Although OTA applies only to terminal software, Europay explored a similar VM approach for the ICCs themselves, and others are actively developing such VMs. The two most popular systems currently are JavaCard and MULTOS. Since the functions the ICC needs to execute (mostly data storage and retrieval) are much simpler than terminal functions, the card VMs and applications are correspondingly smaller. Typical sizes of 10 to 18 KB for JavaCard and 6 to 8 KB for MULTOS have been reported.

With VMs both on the card and in the terminal, it is theoretically feasible to pass not only data but also application code between the two. OTA includes functions that allow a card to download code to a terminal application, to be executed at predesignated points (sockets) in the application. Such code might be used to implement a loyalty reward, the exact form of which is determined by the downloaded code: That is, for cards issued by a certain bank, a terminal transaction could also post miles to the owner's frequent-flier account. For security and contractual reasons, the terminal application controls whether socketed code is allowed to execute, and both terminal and card application code undergo stringent testing and certification.

Virtual Machine Architecture

The OTA Virtual Machine is a byte-addressed, two's complement, 32-bit machine, with 32-bit registers. It is based on a multiple-stack architecture, as is usual in Forth; see Figure 2. OTA was carefully designed to keep applications separate, and so the VM employs the so-called "Harvard Architecture," with separate code and data spaces. The data, return, and exception stacks, although technically in data RAM, are not in accessible memory space and can only be managed through specific tokens. Code memory is used only by the VM kernel and is not available to token programs (which are handled as data); thus, code memory can be considered to be in ROM. Initialized data space is preset at compile time, and will be instantiated in the target at run time. Uninitialized data is similar but preset to binary zero. These data spaces, as well as extensible scratch memory and nonvolatile memory are available to token programs, but again only through specific tokens.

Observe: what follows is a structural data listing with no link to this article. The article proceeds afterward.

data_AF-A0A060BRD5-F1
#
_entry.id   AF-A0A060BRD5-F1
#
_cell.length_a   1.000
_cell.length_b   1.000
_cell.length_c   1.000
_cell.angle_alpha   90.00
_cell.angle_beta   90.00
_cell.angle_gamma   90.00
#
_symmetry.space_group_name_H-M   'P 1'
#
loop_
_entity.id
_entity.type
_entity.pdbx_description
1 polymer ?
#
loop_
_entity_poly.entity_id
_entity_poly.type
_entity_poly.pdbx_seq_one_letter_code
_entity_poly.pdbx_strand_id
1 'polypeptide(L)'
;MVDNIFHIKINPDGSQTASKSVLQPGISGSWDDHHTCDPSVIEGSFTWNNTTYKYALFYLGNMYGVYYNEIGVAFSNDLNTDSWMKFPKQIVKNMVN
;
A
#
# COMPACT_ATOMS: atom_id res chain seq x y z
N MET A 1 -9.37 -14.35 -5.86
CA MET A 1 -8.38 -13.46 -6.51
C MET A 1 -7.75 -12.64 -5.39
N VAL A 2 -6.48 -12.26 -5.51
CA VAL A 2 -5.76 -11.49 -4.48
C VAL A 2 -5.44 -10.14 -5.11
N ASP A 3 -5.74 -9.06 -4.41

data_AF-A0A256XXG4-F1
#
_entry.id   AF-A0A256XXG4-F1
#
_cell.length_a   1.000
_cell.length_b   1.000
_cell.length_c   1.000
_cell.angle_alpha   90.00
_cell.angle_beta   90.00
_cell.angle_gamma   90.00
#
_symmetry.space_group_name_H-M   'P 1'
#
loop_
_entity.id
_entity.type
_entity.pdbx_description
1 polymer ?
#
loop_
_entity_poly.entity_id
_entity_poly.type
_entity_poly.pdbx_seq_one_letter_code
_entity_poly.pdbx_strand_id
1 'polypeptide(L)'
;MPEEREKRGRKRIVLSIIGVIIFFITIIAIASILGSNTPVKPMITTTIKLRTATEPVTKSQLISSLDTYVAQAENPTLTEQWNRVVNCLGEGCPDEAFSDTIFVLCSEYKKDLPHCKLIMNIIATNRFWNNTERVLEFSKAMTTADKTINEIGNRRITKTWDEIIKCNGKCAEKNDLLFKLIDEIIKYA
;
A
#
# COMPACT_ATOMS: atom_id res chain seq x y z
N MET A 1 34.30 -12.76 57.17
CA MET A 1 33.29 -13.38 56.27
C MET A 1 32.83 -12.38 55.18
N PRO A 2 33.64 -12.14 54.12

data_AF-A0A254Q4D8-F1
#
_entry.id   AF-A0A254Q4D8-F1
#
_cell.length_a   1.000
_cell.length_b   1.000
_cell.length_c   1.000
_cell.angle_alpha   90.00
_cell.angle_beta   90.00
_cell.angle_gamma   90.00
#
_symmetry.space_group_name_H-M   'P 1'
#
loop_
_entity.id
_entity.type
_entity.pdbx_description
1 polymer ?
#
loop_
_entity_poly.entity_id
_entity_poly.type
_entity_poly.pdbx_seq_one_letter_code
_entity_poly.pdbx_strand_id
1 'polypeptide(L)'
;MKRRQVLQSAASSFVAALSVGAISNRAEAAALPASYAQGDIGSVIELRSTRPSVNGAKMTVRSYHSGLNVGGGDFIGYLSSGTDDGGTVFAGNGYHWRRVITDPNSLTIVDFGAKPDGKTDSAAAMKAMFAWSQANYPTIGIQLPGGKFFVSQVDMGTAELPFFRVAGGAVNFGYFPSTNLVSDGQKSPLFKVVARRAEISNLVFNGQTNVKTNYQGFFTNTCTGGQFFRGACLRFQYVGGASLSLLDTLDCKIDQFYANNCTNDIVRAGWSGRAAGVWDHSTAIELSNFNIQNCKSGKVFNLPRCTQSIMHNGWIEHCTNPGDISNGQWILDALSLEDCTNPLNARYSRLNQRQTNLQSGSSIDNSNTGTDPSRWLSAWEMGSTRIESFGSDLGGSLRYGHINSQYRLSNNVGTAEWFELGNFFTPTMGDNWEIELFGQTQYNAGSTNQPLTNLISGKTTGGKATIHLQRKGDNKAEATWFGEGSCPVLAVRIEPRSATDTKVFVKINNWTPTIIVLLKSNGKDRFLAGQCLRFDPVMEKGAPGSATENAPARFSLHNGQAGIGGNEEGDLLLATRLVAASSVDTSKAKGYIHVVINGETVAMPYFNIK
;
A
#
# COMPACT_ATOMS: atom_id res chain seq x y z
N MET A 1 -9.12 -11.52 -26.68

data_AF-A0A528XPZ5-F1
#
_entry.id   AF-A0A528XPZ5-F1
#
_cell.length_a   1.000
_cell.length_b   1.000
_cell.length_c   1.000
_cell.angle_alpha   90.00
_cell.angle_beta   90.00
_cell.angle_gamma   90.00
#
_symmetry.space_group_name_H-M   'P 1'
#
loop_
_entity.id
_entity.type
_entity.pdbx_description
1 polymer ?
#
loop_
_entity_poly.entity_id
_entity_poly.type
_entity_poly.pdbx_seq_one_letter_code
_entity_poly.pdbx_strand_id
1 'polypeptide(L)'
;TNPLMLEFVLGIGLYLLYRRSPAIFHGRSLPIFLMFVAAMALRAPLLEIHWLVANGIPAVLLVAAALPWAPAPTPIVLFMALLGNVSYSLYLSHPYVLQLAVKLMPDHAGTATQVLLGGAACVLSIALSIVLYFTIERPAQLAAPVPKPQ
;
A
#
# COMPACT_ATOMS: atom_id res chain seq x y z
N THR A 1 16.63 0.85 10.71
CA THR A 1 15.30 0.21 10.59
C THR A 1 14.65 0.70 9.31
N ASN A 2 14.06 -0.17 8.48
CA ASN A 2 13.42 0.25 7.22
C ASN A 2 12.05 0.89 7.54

The VM kernel contains all of the functions whose implementation depends on a particular platform (CPU and sometimes a terminal operating system). Besides elementary functions such as arithmetic, stack support, and program flow control, the kernel includes a number of specialized OTA functions such as support for terminal-specific I/O and support for the token loader/interpreter, which manages the CPU-independent libraries and application modules. Most OTA kernels to date have been written in Forth, although some have been written in C. The reentrance capability inherent in the Forth language results in quite compact kernels, less than 32 KB for an 8-bit or 16-bit CPU.